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9. October 2018


Epic Games have recently completed the acquisition of Kamu, the makers of the anti-cheat software used in Fortnite as well as several other popular AAA games (such as FarCry 5, Paladins, Vermintide 2, DragonBall Fighters and many more).  In addition to anti-cheat software, kamu also create game community and analytics software.  While no announcements have been made yet, I assume it’s only a matter of time until this technology is integrated directly into the Unreal game engine.


Details of the acquisition from Epic Games:

Today we are pleased to welcome Kamu to the Epic family. Kamu is a Helsinki-based company supporting the live management of player satisfaction, community building, and game integrity.

Founded in 2013, Kamu offers a suite of services focusing on game security, game telemetry, and game management. Kamu’s Easy Anti-Cheat service protects more than 80 games and is installed by over 100 million PC players globally.
“Kamu’s team and tools have been key to building a vibrant Fortnite multiplayer experience that’s fair for all players,” said Tim Sweeney, founder and CEO of Epic Games.

Simon Allaeys, CEO of Kamu said, “Joining the Epic family is not only a childhood dream come true, but a huge boost for our mission to help developers create beautiful gaming experiences. Battling cheating in games was just the start; today our products also help developers stay competitive by identifying player needs as quickly as they emerge.”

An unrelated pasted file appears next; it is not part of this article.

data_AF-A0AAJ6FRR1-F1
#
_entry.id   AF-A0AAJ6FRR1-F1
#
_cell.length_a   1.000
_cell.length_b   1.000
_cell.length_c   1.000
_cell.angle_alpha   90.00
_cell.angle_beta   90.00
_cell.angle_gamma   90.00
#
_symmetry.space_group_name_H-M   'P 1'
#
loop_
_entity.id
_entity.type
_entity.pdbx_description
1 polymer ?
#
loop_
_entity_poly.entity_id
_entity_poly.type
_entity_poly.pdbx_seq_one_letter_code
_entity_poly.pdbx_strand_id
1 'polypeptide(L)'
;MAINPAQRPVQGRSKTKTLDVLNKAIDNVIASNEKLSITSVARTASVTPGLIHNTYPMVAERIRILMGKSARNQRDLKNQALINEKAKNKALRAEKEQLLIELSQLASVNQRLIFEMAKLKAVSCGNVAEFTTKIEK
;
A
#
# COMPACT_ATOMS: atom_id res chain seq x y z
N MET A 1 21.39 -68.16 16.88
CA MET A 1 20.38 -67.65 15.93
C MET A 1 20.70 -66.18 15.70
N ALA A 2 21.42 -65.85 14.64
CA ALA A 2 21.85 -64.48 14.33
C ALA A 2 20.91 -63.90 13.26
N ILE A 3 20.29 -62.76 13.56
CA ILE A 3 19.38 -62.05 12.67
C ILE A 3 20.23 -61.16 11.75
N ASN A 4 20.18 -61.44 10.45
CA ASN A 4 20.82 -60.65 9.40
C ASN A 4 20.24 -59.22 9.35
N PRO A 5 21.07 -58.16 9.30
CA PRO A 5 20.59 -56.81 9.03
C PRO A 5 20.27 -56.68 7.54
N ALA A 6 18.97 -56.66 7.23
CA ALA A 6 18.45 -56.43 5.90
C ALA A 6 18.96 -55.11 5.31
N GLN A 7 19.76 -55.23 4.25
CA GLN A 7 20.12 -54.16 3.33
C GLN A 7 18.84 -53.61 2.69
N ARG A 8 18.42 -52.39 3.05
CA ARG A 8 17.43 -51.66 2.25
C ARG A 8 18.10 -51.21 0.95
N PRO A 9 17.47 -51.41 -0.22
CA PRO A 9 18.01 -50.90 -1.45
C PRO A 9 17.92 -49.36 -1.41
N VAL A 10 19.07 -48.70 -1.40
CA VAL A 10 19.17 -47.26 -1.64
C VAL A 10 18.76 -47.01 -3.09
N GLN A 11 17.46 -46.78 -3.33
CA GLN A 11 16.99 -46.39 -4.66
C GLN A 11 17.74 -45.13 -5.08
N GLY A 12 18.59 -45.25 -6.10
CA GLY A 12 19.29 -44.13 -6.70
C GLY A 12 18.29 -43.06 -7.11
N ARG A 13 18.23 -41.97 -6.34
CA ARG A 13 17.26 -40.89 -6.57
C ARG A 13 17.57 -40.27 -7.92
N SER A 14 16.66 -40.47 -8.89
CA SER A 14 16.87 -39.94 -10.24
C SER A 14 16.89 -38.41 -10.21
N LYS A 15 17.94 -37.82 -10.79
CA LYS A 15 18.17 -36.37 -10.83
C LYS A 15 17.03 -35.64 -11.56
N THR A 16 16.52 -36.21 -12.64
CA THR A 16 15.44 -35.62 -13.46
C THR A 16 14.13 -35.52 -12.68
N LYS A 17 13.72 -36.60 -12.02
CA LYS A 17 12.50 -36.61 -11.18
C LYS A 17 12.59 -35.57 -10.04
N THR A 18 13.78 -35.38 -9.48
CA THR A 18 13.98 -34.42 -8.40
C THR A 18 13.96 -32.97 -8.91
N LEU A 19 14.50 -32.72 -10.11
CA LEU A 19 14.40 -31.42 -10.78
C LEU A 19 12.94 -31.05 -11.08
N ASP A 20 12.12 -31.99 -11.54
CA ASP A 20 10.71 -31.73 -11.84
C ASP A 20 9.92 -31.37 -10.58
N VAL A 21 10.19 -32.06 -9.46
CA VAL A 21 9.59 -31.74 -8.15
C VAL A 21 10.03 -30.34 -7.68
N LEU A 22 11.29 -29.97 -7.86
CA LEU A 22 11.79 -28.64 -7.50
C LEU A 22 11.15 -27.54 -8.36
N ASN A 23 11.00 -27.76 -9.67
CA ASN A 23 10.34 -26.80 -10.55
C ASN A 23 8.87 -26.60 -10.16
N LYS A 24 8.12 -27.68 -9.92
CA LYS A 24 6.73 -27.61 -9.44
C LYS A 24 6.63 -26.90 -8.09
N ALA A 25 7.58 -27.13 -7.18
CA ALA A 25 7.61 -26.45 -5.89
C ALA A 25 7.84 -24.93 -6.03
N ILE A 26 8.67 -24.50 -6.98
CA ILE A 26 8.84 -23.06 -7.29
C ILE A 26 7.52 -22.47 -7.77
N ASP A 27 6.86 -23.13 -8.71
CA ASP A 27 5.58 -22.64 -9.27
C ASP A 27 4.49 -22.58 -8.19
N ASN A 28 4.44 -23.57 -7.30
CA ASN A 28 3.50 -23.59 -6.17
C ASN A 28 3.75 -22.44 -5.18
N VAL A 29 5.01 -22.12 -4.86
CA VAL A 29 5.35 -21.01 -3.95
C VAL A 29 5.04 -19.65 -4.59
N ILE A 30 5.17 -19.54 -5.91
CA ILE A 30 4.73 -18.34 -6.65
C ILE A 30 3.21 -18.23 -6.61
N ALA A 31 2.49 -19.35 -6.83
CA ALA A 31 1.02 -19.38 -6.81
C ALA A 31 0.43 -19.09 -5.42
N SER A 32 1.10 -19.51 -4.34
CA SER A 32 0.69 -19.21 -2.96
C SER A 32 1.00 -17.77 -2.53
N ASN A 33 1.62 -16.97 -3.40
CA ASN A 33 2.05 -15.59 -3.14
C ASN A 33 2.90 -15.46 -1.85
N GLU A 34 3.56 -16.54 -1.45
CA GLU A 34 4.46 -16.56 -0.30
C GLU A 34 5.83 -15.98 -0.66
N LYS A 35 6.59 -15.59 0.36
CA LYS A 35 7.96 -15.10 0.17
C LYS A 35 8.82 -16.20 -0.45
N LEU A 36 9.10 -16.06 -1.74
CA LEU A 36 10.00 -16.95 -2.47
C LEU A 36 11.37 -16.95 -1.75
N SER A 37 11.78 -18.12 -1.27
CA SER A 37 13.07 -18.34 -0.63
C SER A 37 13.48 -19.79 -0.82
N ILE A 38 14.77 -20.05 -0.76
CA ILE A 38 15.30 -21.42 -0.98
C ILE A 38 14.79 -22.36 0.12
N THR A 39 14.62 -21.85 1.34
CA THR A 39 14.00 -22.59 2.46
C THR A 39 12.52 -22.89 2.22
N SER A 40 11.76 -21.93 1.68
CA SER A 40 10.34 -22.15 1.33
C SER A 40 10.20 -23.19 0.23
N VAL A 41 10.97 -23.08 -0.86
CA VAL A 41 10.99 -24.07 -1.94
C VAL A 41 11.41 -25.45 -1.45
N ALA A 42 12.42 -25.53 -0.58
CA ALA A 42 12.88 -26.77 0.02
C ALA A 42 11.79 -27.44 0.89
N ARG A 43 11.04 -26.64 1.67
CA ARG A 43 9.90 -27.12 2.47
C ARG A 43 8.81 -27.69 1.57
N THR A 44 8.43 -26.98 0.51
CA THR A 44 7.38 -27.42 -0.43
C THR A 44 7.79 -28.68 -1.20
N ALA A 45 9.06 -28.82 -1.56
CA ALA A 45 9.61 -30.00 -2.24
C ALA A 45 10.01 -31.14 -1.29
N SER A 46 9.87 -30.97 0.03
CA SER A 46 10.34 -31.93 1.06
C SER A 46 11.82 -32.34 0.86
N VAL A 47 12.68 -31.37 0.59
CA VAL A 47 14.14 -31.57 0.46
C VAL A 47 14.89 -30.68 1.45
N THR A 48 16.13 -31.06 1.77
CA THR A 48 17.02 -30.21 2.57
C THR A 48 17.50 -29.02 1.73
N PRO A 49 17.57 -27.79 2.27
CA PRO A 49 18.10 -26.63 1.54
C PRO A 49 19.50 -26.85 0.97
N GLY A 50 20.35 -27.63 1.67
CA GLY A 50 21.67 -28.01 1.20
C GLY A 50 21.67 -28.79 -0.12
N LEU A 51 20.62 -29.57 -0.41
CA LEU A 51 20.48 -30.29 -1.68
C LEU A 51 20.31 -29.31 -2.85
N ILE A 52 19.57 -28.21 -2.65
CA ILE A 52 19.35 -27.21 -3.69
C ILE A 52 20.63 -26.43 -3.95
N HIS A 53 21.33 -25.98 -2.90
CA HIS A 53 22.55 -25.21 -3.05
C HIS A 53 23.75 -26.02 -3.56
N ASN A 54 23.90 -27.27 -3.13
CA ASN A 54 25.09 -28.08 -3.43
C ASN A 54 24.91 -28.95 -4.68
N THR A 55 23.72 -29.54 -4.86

Sweeney continued, “Building and launching games today is incredibly challenging, and only half the battle. Kamu’s tools for managing live games help developers grow and sustain their games successfully after launch. At Epic, we succeed when developers succeed!”


The Kamu team will continue to expand its services in support of all customers and all of the engines they’ve chosen, while Epic’s new presence in Helsinki will serve as a base for recruiting technology, engine, and online service developers in Finland.

GameDev News


9. October 2018


Today Mojang announced they will be partially open sourcing the Minecraft game engine, starting today with two key libraries, with additional portions of the game engine being released over time.  The released Java source code is available on GitHub under the MIT open source license.  The two parts released today are composed of Brigadier and DataFixerUpper.


Details from Minecraft.net: